Mutsuya Mori, vice president of the Japan International Co-operation Agency, (JICA) Japan’s official development body, echoed the message, saying that that JICA had also recently branched out into providing support to private companies, not necessarily only Japanese ones, and not just governments.

The UK’s chief African trade and investment representative, Emma Wade-Smith, also said Britain was gearing itself more towards backing investment in Africa, noting that London would host a big Africa investment summit in January.

The African Continental Free Trade Area (AfCFTA), which will drop trade barrier rights across the continent from July 2020, if the negotiations on tariffs can be concluded by then, symbolises the new perception of the continent in the world.

Mimica said the EU was getting fully behind the AfCFTA — with €62.5 million funding until 2020); because it recognised the huge potential of continental integration and trade.

At the investment forum, delegates called the launch of the AfCFTA the biggest development in Africa since independence, as it would create the largest market in the world, of 1.2 billion people and a combined GDP of more than $2.2-trillion — with a potential to increase that figure by 2030 when the continent’s population is estimated to have risen to 1.7 billion.

The only African country which has so far not signed the free trade agreement is Eritrea while 25 have also ratified it.

However, Benedict Oramah, president of Afreximbank, said much still had to be done before the AfCFTA came into effect, including addressing the concerns of governments about losing tariffs and the fears of African producers about foreign competition. To try to allay those fears his company and others were establishing an AfCFTA adjustment fund with the aim of raising $5-billion, of which Afreximbank had already contributed $1-billion.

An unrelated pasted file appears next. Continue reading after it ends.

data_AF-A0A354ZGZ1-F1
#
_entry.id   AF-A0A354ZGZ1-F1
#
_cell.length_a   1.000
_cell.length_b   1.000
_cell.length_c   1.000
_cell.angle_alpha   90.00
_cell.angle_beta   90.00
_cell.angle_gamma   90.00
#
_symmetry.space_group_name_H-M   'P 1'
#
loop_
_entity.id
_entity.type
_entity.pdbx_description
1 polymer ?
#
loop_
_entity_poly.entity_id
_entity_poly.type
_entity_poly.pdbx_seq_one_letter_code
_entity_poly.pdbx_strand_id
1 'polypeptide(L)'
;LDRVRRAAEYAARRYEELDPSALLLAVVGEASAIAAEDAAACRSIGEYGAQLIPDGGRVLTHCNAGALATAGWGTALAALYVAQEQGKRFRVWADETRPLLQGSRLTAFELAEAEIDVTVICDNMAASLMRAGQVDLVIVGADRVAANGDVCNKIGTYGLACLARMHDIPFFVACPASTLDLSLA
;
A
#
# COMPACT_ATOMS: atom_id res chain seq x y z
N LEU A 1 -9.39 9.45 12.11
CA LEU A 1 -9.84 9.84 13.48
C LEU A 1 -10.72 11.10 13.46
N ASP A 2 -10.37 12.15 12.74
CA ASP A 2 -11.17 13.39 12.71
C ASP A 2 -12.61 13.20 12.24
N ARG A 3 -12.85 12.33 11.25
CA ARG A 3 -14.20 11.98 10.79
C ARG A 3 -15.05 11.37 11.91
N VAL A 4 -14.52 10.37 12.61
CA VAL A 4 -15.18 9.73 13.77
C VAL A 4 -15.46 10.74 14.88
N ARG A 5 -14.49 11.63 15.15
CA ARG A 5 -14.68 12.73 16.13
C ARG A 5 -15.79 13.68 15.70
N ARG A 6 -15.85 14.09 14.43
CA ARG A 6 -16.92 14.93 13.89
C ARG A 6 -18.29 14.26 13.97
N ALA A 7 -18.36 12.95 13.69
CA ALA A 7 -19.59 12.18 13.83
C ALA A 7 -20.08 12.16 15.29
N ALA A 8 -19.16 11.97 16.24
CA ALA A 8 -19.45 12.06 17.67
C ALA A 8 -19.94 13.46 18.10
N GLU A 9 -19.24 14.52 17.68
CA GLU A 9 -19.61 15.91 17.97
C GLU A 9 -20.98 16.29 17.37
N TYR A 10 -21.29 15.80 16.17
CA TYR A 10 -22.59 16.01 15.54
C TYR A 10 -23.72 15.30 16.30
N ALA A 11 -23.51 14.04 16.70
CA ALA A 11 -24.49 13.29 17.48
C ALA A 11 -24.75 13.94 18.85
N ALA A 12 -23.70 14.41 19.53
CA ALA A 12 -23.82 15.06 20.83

I hope others will help too. Because if the borders remain closed on 1 July next year, then confidence will be lost,” he said.

Admassu Tadesse, CEO of TDB bank, said Africa had just built three rail mega-projects, in Tanzania, Kenya and Ethiopia, each costing some three to four billion US dollars.

But what keeps me awake at night is wondering how sustainable they are? We have to have the goods to move, and not just overseas products, but also internally.”

EU Commissioner Mimica said that this week he had signed two investment guarantee agreements which would create up to 175,000 jobs, directly and indirectly, and would help boost investment in financing for small businesses, notably in the tech sector.

We are also continuously looking at ways to improve the investment climate to give businesses more certainty and stability; and we are investing in people, especially youth, to give them the right skills, education and training and prepare them for new opportunities of the future labour market: more than 450,000 Africans have benefited from vocational training supported by the EU (since 2014),” Mimica said.

Africa has risen on the international stage as a continent radiating energy and dynamism.

By enhancing our partnership with Africa through the Alliance we have made progress to harness job opportunities, pave the way for stronger investment and trade, and advance co-operation on education and skills for young people,” said Mimica. DM